Debunking the Fear of Selling Puts

I’m not making this up.
In South Korea, there’s a widespread belief that you can die if you sleep in a closed room with an electric fan that’s turned on.
Again – I’m not making this up. How could I?
Depending on who you ask, the belief is that you’ll die from hypothermia, suffocation or carbon dioxide poisoning.
One of Korea’s largest fan manufacturers puts a warning on their fans telling people that their product could cause suffocation or hypothermia.
Of course, electric fans aren’t really deadly. And there’s slim evidence of even a single death being attributed to an electric fan.
But that doesn’t stop the entire country of South Korea from believing it. From their perspective, electric fans can kill you dead – so they wouldn’t stand to gain much by doubting this belief.
Laugh if you must – but there’s a similar irrational fear that you probably hold near and dear as an American investor.
In short, Americans seem to have an extreme aversion to selling puts.
Like our Korean friends who fear electric fans, American investors have “heard of” stories of people losing everything after selling puts. Or maybe, they just believe it’s inherently risky.
And this belief has certainly been reinforced by the mainstream financial media.
Simply put: most “experts” in the financial media portray this kind of strategy as too complicated for the average investor. Again, they want you to buy the next hot stock.
For whatever reason, there’s no doubting it – this fear of selling puts exists. The fear is real. But the evidence for this fear is scant.
On one hand, electric fans can kill you – if you drop them in with you while you’re taking a bath. But only under those particular circumstances are they even remotely dangerous.
And yes, selling puts can be dangerous – but only if you use them in incredibly stupid ways – the equivalent of dropping an electric fan into the bath.
But I can guarantee that once you learn how to use this type of investment, you will immediately begin to see the whole world of finance in a different light. Instead of “paying” people to invest your hard-earned money, you learn to get paid to invest. I know it sounds like a strange concept, but hear me out because it’s a strategy professionals have used successfully for years.
The first key to selling puts safely and profitably is knowing the real risks in owning a company’s shares. We need to assure ourselves the companies we sell puts on are fundamentally sound.
For instance, take Microsoft.
It’s a company that we feel comfortable owning for the long haul mostly due to its unwavering quest to please shareholders. The company continually buys back stock and pays a healthy dividend of 3.1%.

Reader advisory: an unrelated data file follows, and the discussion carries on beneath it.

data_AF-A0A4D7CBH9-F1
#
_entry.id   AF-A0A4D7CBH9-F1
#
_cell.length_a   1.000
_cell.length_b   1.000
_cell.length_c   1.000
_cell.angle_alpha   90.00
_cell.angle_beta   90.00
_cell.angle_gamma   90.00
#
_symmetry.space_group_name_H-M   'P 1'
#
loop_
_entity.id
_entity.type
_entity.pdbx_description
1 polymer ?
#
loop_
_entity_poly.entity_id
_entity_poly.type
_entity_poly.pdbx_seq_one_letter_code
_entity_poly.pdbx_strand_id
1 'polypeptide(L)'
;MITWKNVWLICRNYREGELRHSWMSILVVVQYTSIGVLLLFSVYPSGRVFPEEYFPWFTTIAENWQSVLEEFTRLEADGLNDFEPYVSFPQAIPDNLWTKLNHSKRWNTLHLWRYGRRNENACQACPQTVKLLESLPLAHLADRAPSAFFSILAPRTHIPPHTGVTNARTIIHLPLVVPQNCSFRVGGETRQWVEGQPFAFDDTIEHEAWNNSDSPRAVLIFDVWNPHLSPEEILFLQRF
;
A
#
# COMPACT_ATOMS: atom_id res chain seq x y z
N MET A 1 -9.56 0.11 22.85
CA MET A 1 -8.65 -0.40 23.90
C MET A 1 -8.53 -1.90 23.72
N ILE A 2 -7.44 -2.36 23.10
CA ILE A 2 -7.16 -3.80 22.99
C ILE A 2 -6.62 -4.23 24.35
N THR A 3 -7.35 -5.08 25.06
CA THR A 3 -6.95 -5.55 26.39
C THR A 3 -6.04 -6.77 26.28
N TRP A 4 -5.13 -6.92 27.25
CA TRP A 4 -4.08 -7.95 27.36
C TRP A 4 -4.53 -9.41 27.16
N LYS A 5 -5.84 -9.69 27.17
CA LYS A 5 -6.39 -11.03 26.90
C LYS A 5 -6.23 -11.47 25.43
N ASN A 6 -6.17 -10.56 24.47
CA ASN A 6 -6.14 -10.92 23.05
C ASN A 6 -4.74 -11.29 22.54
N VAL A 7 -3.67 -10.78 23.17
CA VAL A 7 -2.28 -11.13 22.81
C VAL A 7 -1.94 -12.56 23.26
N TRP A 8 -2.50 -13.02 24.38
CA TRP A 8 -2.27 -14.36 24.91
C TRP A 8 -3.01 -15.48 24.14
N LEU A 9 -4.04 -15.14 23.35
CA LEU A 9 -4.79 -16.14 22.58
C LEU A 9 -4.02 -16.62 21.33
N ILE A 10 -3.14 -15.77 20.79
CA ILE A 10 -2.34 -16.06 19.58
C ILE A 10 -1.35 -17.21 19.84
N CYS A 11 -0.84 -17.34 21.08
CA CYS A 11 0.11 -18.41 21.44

The stock is currently trading for $36.23.
In my opinion, the price is a little inflated. So I prefer to pay $33.
Remember when I said we want to get paid to be investors? Well, given our desire to own Microsoft at $33 – we can get paid. Think about that: we can get PAID to agree to buy a stock at a lower price that we prefer.
I don’t want to get into the details in this short column, but we can sell one put contract that gives us the ability to buy 100 shares of Microsoft at $33 a share – and collect an immediate $60.
And no matter what happens, we get to keep that $60. If Microsoft stays above $33 – the $60 we collected is ours.
But for the sake of understanding, we should examine the alternative – Microsoft closing below $33 by option expiration.
In that case, we’d keep the $60 and be forced to buy Microsoft stock at $33 per share.
In this case, we’d actually own the stock for $32.40 per share – that’s the $33 strike price minus the $0.60 premium. That 10.6% less than Microsoft’s current market price.
Here’s that math:
Initial income from sold put premium – $60.
Purchase 100 shares of Microsoft at $33 – $3,300
Initial outlay: $3,240
The important thing to remember is that if the stock trades below $33 by option expiration, you become a shareholder just like everyone else … but at a discount.
Plus you’d get the dividend going forward of at least $92 per 100 shares, as each share pays a 92-cent annual dividend.
One way to think about it is that you’d receive $152 on a $3,240 investment. This works out to 4.7% on your money.
To me, this safe 4.7% return is superb given the current yields on bonds and other safe investments  . . . and the likelihood of Microsoft raising dividends going forward.
Simply, selling puts is not inherently dangerous. If used correctly, it’s no more dangerous than any other type of investment.
And if you’re interested in income, it’s something you owe to yourself to look into.
Editor’s Note: In today’s issue, we continue to share our very best ideas for the next year.  Our income-investing expert Andy Crowder discusses a common fear that you may have – and why you should avow to ignore this fear starting immediately if you want to increase your income in 2014. It’s a small glimpse at what we recently published in our full report “Best Stocks for 2014” – which you can read now by clicking here.

To top